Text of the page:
Fox Corp. matched Wall Street expectations for its fiscal second quarter, powered by NFL football in the U.S. and football at the World Cup.
The company reported total revenue in the quarter ending December 31 of $4.61 billion, up 4% from the year-earlier period, and earnings of 48 cents a share.
Affiliate fee revenues rose 1% thanks to 6% growth at the Television unit. Ad revenue climbed 4%, no mean feat in a tough economic climate, mostly due to the World Cup in Qatar and strong NFL results at Fox Sports. Other boosts came from political spending at the company’s local stations and growth for streaming service Tubi. The category of “other revenue” increased 13%, which the company said was primarily due to consolidating entertainment production companies in the Television unit and higher Fox Nation subscription revenue. Fox has not disclosed subscriber numbers for Fox Nation, which launched in 2018.
It is the first quarterly report for Fox since the company and its corporate sibling, News Corp., abandoned a potential merger. A statement from the Rupert Murdoch-controlled companies said they had concluded that a combination was “not optimal” for shareholders. Minority shareholders had expressed opposition to bringing the companies back together after nearly a decade of separate operations.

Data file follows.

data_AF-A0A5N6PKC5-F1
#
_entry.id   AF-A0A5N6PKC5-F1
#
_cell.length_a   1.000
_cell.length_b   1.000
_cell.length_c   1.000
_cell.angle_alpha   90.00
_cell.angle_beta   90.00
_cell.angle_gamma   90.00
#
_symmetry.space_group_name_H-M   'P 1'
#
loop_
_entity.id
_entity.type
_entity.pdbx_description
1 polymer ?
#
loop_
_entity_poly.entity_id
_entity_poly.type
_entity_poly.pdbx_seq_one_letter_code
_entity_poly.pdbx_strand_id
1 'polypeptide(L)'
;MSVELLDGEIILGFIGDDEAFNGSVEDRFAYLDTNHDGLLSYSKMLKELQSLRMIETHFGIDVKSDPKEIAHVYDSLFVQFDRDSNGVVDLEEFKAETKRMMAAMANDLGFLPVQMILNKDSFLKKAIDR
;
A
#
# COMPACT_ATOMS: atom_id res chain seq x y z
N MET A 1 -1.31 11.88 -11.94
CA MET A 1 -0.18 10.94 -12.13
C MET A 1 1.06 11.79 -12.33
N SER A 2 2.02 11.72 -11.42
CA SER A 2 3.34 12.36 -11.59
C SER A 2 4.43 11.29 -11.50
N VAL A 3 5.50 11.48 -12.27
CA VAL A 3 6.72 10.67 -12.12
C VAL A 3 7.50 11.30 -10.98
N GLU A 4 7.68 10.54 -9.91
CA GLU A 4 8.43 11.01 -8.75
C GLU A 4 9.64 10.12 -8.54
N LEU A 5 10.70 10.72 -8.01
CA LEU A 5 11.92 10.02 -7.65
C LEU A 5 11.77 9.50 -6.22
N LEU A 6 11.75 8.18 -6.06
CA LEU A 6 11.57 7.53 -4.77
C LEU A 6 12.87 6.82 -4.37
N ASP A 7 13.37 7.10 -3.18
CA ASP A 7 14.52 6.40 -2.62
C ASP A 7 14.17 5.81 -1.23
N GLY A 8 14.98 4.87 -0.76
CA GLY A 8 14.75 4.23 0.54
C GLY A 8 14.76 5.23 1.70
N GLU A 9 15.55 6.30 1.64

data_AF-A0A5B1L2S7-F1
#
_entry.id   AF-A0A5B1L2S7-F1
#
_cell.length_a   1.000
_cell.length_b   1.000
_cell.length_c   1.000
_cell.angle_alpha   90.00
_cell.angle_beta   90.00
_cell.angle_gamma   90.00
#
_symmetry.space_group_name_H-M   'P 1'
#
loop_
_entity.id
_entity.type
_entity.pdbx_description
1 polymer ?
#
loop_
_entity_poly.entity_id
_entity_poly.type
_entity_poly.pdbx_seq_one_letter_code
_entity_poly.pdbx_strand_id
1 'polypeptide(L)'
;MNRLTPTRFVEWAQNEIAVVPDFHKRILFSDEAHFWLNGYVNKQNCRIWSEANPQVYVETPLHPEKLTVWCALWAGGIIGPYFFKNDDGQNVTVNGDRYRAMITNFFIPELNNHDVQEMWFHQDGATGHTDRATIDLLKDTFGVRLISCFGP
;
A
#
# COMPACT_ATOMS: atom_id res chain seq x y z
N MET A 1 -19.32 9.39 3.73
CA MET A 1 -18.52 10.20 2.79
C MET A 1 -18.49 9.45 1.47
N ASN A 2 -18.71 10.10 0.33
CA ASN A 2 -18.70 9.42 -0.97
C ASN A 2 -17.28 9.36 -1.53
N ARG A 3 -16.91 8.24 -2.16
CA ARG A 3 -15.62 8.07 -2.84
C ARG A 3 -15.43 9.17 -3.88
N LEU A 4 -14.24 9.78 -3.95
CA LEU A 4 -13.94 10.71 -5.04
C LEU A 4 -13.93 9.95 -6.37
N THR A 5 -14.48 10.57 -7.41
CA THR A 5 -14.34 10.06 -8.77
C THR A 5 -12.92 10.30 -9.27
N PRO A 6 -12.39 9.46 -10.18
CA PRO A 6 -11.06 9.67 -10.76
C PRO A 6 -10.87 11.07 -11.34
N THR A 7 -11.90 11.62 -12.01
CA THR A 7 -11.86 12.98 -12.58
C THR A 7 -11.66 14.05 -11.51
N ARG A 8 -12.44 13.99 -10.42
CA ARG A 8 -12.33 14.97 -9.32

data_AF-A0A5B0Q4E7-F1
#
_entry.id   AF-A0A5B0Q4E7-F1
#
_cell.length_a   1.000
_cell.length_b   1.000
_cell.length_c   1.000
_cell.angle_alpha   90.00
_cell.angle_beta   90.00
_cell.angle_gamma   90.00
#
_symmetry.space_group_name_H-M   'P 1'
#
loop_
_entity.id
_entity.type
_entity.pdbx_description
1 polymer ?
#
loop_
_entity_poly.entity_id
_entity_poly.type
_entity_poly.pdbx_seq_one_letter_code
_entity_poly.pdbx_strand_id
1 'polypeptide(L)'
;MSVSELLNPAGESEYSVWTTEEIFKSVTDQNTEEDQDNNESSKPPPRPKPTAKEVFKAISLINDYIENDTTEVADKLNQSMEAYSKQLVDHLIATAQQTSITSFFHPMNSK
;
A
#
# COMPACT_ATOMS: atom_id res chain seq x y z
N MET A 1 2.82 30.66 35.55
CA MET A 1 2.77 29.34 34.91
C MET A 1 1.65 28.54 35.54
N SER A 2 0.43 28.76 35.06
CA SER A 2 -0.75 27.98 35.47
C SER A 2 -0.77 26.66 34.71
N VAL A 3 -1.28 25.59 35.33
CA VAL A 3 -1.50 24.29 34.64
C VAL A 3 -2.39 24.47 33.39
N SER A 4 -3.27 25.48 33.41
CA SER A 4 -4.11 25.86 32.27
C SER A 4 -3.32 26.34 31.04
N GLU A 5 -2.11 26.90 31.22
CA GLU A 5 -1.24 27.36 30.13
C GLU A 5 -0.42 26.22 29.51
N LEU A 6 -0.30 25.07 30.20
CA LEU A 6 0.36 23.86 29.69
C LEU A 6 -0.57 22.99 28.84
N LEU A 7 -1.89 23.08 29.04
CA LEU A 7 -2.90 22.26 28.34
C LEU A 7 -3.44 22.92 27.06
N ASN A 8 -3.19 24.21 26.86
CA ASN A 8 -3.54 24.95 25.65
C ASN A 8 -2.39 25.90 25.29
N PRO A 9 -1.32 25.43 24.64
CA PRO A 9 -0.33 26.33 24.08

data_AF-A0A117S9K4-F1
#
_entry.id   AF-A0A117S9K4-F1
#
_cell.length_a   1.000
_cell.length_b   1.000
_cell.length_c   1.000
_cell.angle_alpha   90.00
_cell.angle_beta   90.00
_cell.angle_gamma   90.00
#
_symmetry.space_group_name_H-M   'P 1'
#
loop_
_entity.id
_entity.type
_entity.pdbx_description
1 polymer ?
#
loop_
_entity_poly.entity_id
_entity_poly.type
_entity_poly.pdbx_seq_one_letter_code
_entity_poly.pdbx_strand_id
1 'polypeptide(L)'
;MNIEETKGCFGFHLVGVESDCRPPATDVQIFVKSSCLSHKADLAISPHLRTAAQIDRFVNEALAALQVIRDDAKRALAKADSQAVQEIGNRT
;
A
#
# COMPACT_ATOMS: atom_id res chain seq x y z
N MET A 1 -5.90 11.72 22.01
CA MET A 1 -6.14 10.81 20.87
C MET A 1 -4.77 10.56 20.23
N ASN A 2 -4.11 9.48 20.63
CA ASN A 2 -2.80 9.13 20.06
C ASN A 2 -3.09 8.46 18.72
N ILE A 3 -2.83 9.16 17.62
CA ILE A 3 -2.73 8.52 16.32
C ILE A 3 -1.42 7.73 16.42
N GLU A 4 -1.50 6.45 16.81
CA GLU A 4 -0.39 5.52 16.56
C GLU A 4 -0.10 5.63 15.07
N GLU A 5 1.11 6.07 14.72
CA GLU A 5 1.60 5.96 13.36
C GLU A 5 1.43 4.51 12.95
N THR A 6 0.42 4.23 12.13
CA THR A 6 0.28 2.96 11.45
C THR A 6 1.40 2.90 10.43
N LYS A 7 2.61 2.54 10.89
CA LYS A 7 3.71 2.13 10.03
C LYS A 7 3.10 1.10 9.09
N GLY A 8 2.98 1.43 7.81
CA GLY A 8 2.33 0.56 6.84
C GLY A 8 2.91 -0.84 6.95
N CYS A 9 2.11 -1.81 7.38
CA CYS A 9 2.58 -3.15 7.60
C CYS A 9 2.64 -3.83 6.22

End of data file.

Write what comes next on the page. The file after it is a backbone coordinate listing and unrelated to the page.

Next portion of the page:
The quarterly numbers for Fox are the latest referendum on the state of traditional TV advertising. While it has a fast-growing free streaming service, Tubi, bringing in ad revenue, the majority of Fox’s revenue comes via traditional pay-TV channels as well as its lucrative string of local stations. As the ad market started souring in the second half of 2022, Fox was among the few companies to report encouraging results. Helping offset the broader pullback by many advertisers due to inflation and other economic factors were midterm election spending on Fox News and the stations as well as surging tune-in for live sports, especially the NFL and college football.